Opinion

Alison Frankel

Who won the $1.7 bln settlement between BofA and MBIA?

Alison Frankel
May 7, 2013 21:26 UTC

On Monday, after word leaked that Bank of America and MBIA had resolved their epic five-year, multidimensional litigation against one another, investors in both companies judged the deal. Shares in MBIA, whose structured finance arm had been widely considered to be on the brink of a regulatory takeover, closed 45 percent higher at $14.29, adding about a billion dollars to the market capitalization of the insurer’s holding company. Bank of America’s shares went up as well. They didn’t rise as dramatically as MBIA’s, closing up 5 percent at $12.88. But that added $6.9 billion to BofA’s market cap – three times as much as the $1.6 billion in cash that the bank agreed to pay to MBIA as part of the settlement.

The comparison between the raw percentage rise in share price and the total dollars added to each company’s market cap is instructive in considering which side, if either, got the better of this settlement. As investor reaction indicated, this deal was much more important to MBIA than to Bank of America. With $1.6 billion in cash from the bank, plus the remittance of $137 million in MBIA notes held by BofA, MBIA’s withered structured finance arm can pay back the $1.7 billion it owes the company’s bond insurance arm, which financed settlements with some of the banks that had challenged MBIA’s 2009 restructuring. BofA also agreed in Monday’s settlement to drop its regulatory and fraud claims stemming from that restructuring, which leaves only Societe Generale remaining in restructuring cases against MBIA. Assuming the insurer can reach a settlement with Societe Generale, the cloud of uncertainty over its 2009 split will be entirely removed and MBIA’s bond insurance arm will be able to return to the business of writing policies on state and municipal financings.

MBIA also eliminated any uncertainty about what it might owe Bank of America under credit default swap agreements with BofA predecessor Merrill Lynch. BofA held a total of $7.4 billion in MBIA policies, $6.1 billion of which was on CDS deals. The actual value of those policies was a matter of speculation and interpretation. I’ve heard that Bank of America had drastically written down its potential recovery from MBIA to the neighborhood of a $1 billion. But if MBIA went into rehabilitation (the insurance version of Chapter 11), the priority of claims by CDS counterparties would have been determined by New York State Department of Finance chief Benjamin Lawsky, who has been deeply involved in settlement talks between MBIA and BofA and might have been using the priority of claims as a bargaining chip. In any event, MBIA’s takeaway from the settlement isn’t just the $1.7 billion in cash and other considerations it received from BofA. It’s really that amount plus BofA’s potential recovery from the CDS policies.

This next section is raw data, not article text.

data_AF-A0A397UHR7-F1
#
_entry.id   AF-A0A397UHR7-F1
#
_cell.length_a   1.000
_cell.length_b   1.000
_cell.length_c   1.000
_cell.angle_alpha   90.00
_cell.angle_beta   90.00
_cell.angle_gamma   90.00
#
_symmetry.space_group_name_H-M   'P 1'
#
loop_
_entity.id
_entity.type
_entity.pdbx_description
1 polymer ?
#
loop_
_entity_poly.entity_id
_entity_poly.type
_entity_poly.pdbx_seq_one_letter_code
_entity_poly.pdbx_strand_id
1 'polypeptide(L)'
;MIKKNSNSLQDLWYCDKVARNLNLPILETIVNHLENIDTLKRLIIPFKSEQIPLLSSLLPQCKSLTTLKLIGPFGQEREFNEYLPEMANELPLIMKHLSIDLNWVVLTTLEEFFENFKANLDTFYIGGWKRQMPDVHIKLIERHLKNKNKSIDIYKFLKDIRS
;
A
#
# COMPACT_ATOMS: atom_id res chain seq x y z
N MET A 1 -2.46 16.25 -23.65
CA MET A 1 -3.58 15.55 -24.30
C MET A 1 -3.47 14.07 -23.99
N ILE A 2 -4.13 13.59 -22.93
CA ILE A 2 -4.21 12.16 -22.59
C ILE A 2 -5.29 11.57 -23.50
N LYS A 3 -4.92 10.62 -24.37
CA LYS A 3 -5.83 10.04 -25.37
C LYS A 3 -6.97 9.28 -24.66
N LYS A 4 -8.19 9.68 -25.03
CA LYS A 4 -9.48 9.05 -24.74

Most importantly, the settlement saves MBIA’s future as an ongoing operating company. Two weeks ago, MBIA was fending off talk that New York regulators were on the verge of putting the structured finance unit into rehabilitation. On Monday, by contrast, state finance chief Lawsky said that the $500 million credit line BofA agreed to provide to MBIA as part of the settlement assured the insurer’s solvency. In cash terms, MBIA did not get all of the $5 billion it claimed Countrywide and Bank of America owed it for misrepresenting the quality of loans underlying mortgage-backed securities insured by MBIA. It didn’t even get all of the approximately $3 billion it has counted as an asset from the long-running Countrywide fraud and breach-of-contract litigation. But it got just enough to get back into the bond insurance business, which means MBIA can eventually revive its once thriving municipal bond insurance business. (BofA, meanwhile, has the option of participating in the upside for MBIA, via five-year warrants on about 10 million shares, or roughly 5 percent of MBIA’s equity.)

For MBIA, in other words, the litigation with Bank of America was truly do or die, which is why its investors reacted so jubilantly to the settlement. For the bank, MBIA has been more like a nasty cold than an existential threat, hence the more muted market response to Monday’s settlement.

What does Syncora’s $375 million BofA deal mean for MBIA?

Alison Frankel
Jul 19, 2012 14:17 UTC

Reporting on the implications of the bond insurer Syncora’s $375 million settlement with Bank of America has been a Rashomon experience: Everyone I talked to had something different to say about what drove Tuesday’s settlement and what it means for MBIA, which has been litigating its own mortgage-backed securities breach-of-contract claims in parallel with Syncora. So if you were expecting a clear-cut answer on whether the Syncora settlement is good or bad for MBIA, you’re going to be disappointed. Syncora and MBIA were both litigating put-back claims against Countrywide and BofA before New York State Supreme Court Justice Eileen Bransten, who has delivered important simultaneous rulings for the bond insurers. But the similarities between Syncora and MBIA end in Bransten’s courtroom. When it comes to negotiations with BofA, they’re in very different postures.